PET Scans
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17-02-2011, 09:45 AM

.ppt   PET Scans.ppt (Size: 711 KB / Downloads: 79)
What is a PET Scan?
A Positron emission tomography (PET) scan is a nuclear medical imaging technique which produces a three-dimensional image of functional processes in the body
History of the P.E.T scan
• The concept of emission and transmission tomography was introduced by David E. Kuhl and Roy Edwards in the late 1950s at the University of Pennsylvania.
• In the 1970s, Tatsuo Ido at the Brookhaven National Laboratory was the first to describe the synthesis of 18F- FDG, the most commonly used PET scanning isotope carrier.
• As you can see there is not one person who developed the PET scan but a whole collection of people have made what it is today.
How it works
1. A short-lived radioactive tracer isotope, is injected into the living subject (usually into blood circulation). The tracer is chemically incorporated into a biologically active molecule.
2. There is a waiting period while the active molecule becomes concentrated in tissues of interest.
3. As the radioisotope undergoes positron emission decay (also known as positive beta decay), it emits a positron, an antiparticle of the electron with opposite charge.
4. After traveling up to a few millimeters the positron encounters an electron.
5. The encounter annihilates them both, producing a pair of (gamma) photons moving in opposite directions.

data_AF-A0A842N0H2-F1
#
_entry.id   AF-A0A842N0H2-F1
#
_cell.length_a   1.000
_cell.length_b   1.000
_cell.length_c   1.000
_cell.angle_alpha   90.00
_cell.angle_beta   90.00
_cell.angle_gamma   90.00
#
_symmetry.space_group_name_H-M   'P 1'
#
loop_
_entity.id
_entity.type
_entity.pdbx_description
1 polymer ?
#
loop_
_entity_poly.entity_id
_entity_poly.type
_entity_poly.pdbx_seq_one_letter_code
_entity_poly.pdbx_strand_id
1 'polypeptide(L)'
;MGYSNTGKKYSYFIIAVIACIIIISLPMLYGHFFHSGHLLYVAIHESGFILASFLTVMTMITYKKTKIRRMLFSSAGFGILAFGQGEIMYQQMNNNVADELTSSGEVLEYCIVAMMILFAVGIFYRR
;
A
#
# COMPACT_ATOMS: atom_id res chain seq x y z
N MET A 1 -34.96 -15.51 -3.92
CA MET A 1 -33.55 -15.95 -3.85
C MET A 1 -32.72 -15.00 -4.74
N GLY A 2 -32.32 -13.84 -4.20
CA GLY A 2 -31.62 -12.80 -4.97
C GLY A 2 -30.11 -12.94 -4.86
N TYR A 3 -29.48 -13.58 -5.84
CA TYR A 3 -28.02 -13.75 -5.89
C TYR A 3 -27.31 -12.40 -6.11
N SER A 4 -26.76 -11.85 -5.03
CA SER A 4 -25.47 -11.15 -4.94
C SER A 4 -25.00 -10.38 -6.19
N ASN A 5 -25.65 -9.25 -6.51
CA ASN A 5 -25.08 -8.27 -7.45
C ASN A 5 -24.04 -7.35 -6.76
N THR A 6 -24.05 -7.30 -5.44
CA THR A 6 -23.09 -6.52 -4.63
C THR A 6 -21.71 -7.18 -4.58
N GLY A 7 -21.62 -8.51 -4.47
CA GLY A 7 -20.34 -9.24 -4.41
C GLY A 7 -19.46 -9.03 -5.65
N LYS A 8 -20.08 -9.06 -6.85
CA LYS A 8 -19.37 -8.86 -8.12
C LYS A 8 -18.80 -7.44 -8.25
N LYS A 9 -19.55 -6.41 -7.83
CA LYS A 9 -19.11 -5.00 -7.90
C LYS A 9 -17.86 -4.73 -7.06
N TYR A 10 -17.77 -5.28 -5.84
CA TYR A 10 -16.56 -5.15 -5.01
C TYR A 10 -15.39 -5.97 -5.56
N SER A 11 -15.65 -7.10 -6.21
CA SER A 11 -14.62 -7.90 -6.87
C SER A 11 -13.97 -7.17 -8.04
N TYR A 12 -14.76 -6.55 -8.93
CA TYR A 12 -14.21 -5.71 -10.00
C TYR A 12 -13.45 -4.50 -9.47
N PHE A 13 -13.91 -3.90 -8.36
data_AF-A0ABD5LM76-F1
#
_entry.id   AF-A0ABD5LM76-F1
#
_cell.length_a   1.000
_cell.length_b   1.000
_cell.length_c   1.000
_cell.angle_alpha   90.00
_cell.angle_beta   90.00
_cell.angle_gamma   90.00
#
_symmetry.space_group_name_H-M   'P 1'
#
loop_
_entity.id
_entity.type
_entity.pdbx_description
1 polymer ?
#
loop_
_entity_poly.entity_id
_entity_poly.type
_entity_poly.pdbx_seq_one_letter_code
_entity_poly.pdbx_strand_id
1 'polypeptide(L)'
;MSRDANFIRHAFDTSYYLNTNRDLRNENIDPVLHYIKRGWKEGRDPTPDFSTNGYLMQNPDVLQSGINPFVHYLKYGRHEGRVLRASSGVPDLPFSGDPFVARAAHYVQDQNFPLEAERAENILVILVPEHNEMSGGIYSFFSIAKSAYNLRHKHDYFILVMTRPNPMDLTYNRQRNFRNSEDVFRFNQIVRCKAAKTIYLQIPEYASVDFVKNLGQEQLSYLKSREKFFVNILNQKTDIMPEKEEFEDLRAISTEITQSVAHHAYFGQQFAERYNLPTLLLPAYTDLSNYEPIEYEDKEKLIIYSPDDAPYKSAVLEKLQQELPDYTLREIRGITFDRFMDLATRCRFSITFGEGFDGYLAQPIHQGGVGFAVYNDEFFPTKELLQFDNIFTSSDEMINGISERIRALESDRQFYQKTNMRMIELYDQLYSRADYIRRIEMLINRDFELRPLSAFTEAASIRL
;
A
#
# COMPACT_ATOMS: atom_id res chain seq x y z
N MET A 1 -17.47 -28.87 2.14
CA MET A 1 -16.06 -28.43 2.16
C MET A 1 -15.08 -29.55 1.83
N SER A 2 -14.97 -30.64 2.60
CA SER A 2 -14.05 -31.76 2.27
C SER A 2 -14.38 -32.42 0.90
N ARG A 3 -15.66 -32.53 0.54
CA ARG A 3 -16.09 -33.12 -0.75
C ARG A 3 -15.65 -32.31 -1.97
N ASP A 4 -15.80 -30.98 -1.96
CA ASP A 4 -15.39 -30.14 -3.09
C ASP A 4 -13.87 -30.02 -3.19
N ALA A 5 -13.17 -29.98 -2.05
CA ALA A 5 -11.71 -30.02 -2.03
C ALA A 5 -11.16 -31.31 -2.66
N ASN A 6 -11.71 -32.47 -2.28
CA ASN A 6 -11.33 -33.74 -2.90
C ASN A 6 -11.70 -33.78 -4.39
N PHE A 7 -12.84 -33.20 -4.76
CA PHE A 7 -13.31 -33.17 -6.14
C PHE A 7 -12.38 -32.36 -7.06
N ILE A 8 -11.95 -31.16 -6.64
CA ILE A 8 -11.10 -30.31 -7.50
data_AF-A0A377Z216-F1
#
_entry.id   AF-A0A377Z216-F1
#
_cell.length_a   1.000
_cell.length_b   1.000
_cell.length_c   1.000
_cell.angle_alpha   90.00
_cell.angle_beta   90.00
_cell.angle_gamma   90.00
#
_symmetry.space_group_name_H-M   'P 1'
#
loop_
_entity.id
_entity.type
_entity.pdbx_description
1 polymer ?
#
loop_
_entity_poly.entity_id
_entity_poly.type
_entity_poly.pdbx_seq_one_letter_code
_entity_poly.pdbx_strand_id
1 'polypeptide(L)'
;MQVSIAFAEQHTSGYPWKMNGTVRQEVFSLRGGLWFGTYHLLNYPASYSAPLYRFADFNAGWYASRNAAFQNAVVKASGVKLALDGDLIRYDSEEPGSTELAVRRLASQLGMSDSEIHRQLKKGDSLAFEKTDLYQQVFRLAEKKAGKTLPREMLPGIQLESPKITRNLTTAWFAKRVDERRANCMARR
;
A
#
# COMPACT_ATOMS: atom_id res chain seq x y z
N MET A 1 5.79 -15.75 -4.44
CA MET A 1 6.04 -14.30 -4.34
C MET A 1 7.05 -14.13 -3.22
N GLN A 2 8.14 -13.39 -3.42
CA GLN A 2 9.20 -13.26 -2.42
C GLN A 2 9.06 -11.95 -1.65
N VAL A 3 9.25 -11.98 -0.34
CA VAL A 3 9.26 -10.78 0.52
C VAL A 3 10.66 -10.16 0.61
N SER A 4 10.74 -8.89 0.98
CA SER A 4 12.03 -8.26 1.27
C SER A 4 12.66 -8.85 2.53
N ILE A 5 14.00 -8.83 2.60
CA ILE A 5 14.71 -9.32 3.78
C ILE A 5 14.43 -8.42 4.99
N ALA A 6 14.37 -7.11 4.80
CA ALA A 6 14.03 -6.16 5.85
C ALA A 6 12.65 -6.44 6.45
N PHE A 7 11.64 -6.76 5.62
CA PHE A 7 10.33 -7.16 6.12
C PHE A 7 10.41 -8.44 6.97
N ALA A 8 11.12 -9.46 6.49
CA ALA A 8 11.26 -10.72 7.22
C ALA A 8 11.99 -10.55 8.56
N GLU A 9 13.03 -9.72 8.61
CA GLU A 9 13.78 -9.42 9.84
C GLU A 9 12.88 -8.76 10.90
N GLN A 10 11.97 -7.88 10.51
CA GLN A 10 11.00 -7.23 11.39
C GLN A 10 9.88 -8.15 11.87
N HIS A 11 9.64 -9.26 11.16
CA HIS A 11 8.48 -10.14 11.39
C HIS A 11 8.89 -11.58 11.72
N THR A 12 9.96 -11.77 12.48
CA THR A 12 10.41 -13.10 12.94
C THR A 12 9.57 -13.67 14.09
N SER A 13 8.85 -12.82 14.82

6. These are detected when they reach a scintillator in the scanning device, creating a burst of light which is detected by photomultiplier tubes.
7. The technicians can then create an image of the parts of your brain, for example which are overactive.
The Tracer
• The radioisotopes used in PET scans are isotopes of carbon, nitrogen, oxygen and 18F used as a substitute for hydrogen.
• These are the only radioactive forms of natural elements that will pass safely through your body and be detected by the scanner.
• The type of tracer used depends on what your doctor wants to measure. For example, if your doctor is looking at a tumor, he might use radio labeled glucose (FDG) and watch how it is metabolized by the tumor.
Comparison with a MRI scan
• When people go in for a ‘scan’ it is most likely a Magnetic Resonance Imaging scan.
So what’s the difference between the two scans?
• A MRI scan does not use nuclear medicine, it creates an image using magnets.
• A MRI scan can assess the size and shape of body organs and tissue. However, they cannot assess function. A PET scan looks at function.
• In other words, MRI scans tell you what something looks like, while a PET scan can tell you how it is working.
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22-02-2011, 12:13 PM

PET scanning is a very specialised but useful tool in cancer imaging, diagnosing diseases of the brain such as dementia and for treating heart disease. It works in an entirely different way to other imaging techniques such as X-rays, CT scanning or MRI scanning.
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03-03-2011, 02:14 PM

How to Prepare for the Test

You must sign a consent form before having this test. You will be told not to eat anything for 4 - 6 hours before the PET scan, although you will be able to drink water.

Tell your health care provider if you are pregnant or think you might be pregnant.

Also tell your health care provider about any prescription and over-the-counter medicines that you are taking, because they may interfere with the test.

Be sure to mention if you have any allergies, or if you've had any recent imaging studies using injected dye (contrast).

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